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Jesus, Buddha, Confucius, Mohammed... The voices of our age increasingly mention these names in a string, as if one is the same as the other, as if all are equal. But are they really? Was Jesus just a good man or God Incarnate? Did He intend to start a Church or was one created in spite of His wishes? How can Mary, a mere human, be called "Mother of God"? Why do a billion of this world's inhabitants sincerely believe that what most see as a piece of bread is really their God? Why do those Catholics refuse to take Jesus' body off the cross?
Do these questions sound familiar? If so, then this is the book for you, for your family, for your friends, for your CCD students, or for anyone who needs the truth. Taken from his popular Q&A column, no one compares with James Drummey in terms of giving clear, concise, and easily understandable answers for questions about the Catholic faith.
Chapter 2Jesus: True God and True Man
Q. How is Jesus true God and true man? Did He shed His divinity when He came to earth?
A. No, He did not shed His divinity when He came to earth. He is true God and true man because there are united in His divine Person, without any confused mixture of both, His divine nature and a human nature. In the words of the Council of Chalcedon, which was held in 451, Jesus is "one and the same Son, our Lord Jesus Christ, perfect in his humanity, true God and true man, composed of rational soul and body, consubstantial with the Father by his divinity, and consubstantial with us by his humanity, 'like us in all things but sin' (Hebrews 4: 15), begotten from the Father before all ages as to his divinity, and in these last days, for us and for our salvation, born of Mary, the Virgin and Mother of God, as to his humanity."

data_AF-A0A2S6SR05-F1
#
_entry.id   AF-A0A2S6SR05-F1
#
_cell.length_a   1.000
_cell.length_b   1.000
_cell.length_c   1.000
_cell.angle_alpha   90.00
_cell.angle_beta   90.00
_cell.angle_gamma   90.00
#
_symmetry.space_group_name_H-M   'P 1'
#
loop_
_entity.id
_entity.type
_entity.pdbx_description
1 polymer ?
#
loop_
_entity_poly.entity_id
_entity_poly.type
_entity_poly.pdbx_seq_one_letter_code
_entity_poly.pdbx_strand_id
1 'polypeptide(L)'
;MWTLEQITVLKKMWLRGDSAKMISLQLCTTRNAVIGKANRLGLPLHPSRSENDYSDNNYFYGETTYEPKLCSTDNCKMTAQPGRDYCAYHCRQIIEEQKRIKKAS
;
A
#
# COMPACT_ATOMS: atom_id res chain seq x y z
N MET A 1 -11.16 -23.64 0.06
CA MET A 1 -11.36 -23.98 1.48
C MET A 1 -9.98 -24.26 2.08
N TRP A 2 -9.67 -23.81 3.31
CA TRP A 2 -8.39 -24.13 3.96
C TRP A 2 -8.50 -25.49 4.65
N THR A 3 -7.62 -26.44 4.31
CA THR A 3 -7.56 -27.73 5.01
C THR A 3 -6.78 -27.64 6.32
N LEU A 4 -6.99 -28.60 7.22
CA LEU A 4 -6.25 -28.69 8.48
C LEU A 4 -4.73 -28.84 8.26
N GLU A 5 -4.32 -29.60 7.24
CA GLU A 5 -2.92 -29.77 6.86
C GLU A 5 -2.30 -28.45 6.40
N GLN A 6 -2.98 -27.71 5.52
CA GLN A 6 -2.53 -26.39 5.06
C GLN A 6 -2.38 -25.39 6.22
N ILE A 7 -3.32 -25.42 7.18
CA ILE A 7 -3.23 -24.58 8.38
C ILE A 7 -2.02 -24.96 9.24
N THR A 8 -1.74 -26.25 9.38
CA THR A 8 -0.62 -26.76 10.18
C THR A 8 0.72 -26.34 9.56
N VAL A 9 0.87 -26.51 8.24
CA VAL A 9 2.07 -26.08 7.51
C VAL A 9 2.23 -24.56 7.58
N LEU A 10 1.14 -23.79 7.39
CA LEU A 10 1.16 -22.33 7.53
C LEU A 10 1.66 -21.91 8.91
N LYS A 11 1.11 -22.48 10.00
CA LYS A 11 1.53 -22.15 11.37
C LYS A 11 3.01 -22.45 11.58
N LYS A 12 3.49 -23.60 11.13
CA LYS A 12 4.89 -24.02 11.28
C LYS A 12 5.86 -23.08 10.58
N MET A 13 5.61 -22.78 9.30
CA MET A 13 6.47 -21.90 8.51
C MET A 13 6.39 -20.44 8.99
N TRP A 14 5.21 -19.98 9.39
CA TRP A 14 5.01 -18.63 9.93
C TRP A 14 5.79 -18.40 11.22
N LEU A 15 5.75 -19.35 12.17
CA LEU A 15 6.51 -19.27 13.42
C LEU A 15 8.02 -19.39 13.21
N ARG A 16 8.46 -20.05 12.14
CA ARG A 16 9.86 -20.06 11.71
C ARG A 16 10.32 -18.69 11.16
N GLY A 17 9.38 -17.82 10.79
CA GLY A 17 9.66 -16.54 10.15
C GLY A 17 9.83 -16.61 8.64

We call the unity of the two distinct natures of Jesus in the one Person of Christ the hypostatic union, and the fact that the Son of God assumed a human nature and became man in order to bring about our salvation the Incarnation. Jesus is not part God and part man but truly God and truly man.
Q. Has this doctrine of the two natures of Jesus in one Person been disputed in the history of the Church?
A. Many times. Major heresies arose in the early centuries of the Church that denied at least one aspect of this doctrine, and councils were called at places like Nicaea and Ephesus to oppose these heresies For example, there was the heresy of Gnostic Docetism, which denied the humanity of Christ and taught that He only seemed to be a man. There was Arianism, which denied the divinity of Christ and regarded Him only as a superior creature and intermediary between God and the world. There was Nestorianism, which denied...(End of Page 17)